Recent merger deals in the insurance industry among its competitors and carrier partners should not hurt Marsh & McLennan (MMC) and could instead make its insurance and reinsurance advisory services even more important, according to Dan Glaser, MMC chief executive officer.
During a conference call with analysts on July 28, Glaser said the “insurance market is very deep and we do not expect these recent deals to alter the overall competitive landscape in any meaningful way.”
He also addressed how MMC deals with paying a higher tax rate than some of its competitors.
MMC’s Marsh and Guy Carpenter units compete with Willis Global Holdings and Towers Watson, which are merging, and Marsh places business with Chubb Insurance and ACE Limited, which earlier this month announced a deal whereby ACE will acquire Chubb. Several large health insurers have also announced deals.
Glaser said MMC expects that the impact of these recently-announced deals, if completed, will be modest.
“In our view, the role of Marsh is even more critical at a time of industry consolidation,” he said. “Specifically for Guy Carpenter, the combination of a few large clients could lead them to buy less reinsurance; however, we expect this impact will be gradual and limited.”
He noted that despite consolidation over the last decade, the number of P/C carriers in the U.S. has actually increased and the share of U.S. industry premiums written by the top five percent of carriers is unchanged.
He also said that in terms of insurance carrier mergers, where larger “world-class” firms come together, over the long-term this can have additional value for Marsh and its clients in terms of broader products and financial stability in the industry overall.
“[S]o you know it is sort of consistent with the way many of our clients, particularly our largest clients, think about the business where they want to have fewer, deeper, more strategic relationships with fewer capital providers,” Glaser said.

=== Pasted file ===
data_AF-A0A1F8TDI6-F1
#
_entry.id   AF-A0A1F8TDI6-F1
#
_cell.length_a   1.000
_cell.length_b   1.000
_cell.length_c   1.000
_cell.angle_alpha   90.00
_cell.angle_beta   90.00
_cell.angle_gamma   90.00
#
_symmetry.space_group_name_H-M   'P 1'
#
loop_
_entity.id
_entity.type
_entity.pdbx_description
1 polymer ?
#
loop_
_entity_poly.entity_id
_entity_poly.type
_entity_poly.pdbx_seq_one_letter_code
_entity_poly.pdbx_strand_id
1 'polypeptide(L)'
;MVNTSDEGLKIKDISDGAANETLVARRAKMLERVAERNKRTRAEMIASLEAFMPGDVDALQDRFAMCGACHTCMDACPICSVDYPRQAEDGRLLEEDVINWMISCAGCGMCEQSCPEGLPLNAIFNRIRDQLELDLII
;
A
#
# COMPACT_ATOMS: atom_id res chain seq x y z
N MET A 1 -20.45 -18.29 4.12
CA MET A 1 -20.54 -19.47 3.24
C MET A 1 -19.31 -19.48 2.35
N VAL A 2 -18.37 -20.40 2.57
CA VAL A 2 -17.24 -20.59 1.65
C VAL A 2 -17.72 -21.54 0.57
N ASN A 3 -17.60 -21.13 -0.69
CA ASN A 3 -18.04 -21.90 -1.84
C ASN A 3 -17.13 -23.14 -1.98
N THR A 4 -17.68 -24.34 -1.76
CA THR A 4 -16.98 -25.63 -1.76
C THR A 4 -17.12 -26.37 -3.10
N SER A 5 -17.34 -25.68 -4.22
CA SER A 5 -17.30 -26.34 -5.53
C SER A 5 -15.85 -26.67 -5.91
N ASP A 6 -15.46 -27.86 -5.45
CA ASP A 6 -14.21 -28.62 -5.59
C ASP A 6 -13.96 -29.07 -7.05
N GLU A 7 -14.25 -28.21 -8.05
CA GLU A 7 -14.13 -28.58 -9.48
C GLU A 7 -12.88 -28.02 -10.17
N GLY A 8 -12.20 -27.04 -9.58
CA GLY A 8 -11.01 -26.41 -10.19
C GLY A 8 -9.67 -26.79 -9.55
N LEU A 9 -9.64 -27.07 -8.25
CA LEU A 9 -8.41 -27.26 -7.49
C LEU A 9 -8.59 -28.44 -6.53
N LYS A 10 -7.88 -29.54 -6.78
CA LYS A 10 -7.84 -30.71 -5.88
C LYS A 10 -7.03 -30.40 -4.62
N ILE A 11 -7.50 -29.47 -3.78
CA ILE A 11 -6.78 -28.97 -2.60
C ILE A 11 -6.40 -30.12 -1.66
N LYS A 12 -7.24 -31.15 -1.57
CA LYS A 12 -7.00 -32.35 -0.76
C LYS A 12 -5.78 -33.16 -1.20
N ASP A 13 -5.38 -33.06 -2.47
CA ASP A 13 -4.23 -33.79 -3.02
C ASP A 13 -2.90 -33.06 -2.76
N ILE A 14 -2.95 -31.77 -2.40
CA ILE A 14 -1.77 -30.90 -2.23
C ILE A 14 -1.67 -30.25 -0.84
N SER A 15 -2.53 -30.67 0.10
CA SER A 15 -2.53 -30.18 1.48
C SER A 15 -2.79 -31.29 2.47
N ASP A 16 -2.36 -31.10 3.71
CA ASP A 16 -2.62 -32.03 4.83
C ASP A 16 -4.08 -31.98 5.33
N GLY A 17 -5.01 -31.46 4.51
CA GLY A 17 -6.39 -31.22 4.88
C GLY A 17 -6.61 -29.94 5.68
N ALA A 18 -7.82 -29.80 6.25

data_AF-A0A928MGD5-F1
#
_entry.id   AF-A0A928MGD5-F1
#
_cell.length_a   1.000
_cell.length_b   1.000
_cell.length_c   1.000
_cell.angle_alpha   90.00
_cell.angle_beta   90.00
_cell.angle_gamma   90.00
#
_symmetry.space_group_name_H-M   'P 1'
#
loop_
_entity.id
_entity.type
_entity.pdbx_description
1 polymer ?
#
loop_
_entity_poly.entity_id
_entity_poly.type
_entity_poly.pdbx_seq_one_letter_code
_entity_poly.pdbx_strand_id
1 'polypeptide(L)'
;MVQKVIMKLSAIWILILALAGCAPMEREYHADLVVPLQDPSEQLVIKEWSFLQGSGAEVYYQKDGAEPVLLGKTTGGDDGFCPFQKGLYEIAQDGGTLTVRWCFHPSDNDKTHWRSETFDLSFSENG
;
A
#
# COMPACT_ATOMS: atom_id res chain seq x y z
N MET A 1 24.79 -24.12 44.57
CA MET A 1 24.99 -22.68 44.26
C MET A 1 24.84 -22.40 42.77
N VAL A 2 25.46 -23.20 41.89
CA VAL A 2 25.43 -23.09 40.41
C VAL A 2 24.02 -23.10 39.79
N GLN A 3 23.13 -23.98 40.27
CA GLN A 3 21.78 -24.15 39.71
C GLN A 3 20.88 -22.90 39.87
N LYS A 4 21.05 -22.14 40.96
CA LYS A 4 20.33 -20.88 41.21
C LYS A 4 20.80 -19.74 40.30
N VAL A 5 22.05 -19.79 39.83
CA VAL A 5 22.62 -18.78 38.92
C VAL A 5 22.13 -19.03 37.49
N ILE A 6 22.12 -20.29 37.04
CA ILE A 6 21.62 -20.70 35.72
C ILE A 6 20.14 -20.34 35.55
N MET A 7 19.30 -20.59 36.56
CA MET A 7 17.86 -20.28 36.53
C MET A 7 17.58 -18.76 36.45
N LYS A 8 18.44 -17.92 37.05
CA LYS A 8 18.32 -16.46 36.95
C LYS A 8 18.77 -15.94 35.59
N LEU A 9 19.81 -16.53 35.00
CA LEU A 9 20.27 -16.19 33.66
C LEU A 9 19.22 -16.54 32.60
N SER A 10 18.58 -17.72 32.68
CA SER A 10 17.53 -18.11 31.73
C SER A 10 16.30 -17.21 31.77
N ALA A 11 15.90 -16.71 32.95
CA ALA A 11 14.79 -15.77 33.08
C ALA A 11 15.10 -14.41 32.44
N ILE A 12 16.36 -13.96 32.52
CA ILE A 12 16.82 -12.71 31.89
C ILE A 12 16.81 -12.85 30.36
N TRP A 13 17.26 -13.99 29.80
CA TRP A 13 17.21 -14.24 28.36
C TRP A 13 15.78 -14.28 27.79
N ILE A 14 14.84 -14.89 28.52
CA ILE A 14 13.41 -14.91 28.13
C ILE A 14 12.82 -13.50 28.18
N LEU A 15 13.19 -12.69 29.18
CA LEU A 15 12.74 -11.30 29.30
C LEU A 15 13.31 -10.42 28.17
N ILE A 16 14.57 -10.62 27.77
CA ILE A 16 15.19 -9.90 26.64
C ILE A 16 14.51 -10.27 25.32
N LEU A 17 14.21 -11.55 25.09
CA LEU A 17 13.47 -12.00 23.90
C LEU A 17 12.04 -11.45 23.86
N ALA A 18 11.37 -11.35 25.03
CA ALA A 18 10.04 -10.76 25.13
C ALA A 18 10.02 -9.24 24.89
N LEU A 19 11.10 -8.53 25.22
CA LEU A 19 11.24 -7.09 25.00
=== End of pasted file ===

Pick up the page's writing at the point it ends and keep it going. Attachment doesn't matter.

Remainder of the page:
Peter Zaffino, president and CEO of Marsh, said that Marsh’s job as an advocate for its clients
entails “working closely with the insurance companies in the consolidation on strategy, how they intend to integrate the organizations and how that affects risk appetite.”
Glaser said there are a host of reasons for today’s merger activity but that a prolonged period of low interest rates and benign loss activity are continuing to put pressure on underwriting margins and ROEs for the P/C industry.
“This reality is even more acute on the reinsurance side of the business, where sharper price declines, alternative capital and higher levels of risk retention are all prevalent,” he said.
MMC executives also answered questions about the firm’s ongoing efforts to lower its tax burden, which is high compared to some of its competitors that are domiciled in other countries in part to take advantage of lower taxes. In 2012, Aon re-domiciled from Chicago to London and Willis, which is buying Towers Watson, reincorporated in Ireland in 2010.
Glaser acknowledged that in terms of tax rates, MMC is at somewhat of a disadvantage by being a U.S. multi-national compared to its competitors. But he said and he wouldn’t trade his firm’s other U.S. advantages for the tax advantage. He said MMC simply has to operate its business better in other ways to compete.
“We have to grow faster and we have to have better operating earnings to drive higher pre-tax to arrive at is similar levels on an after-tax basis, so we have been doing that,” he said.
MMC expects an effective tax rate of 29.5 percent in the second half of this year and 29 percent for 2016, down in part due to its own tax planning strategies and to lower New York City and state rates. The firm recently hired Dina Shapiro, a former American Express executive, as head of its tax division to continue working on ways to further lower that tax rate.
Michael Bischoff, chief financial officer, said MMC is not only at a disadvantage because of higher federal and state tax rates, but also because of the 35 percent rate for any international cash it wants to repatriate into the United States.
But Bischoff said that the firm has dedicated it a “significant amount of resources” to tax planning to be able to repatriate cash into the U.S. in a “tax efficient manner.”
Earlier in the day, MMC announced its second quarter results. For the second quarter, the company’s overall revenue was up three percent. In its Risk and Insurance Services segment, revenue was $1.8 billion with underlying growth of two percent.
At insurance broker Marsh, revenue was $1.5 billion and underlying growth was three percent. The U.S. and Canada division had underlying revenue growth of four percent, reflecting strong performance by the core broking operation and Marsh & McLennan Agency. In June, Marsh McLennan Agency acquired Dallas-based MHBT, one of the nation’s largest independent insurance brokers with revenue of $75 million. The company said MHBT will serve as MMA’s southwest regional hub.
Reinsurance broker Guy Carpenter’s revenue declined two percent to $275 million. For the six-months, Guy Carpenter’s underlying revenue has been flat, which Glaser said was “a reasonable performance given reinsurance industry pressures.”
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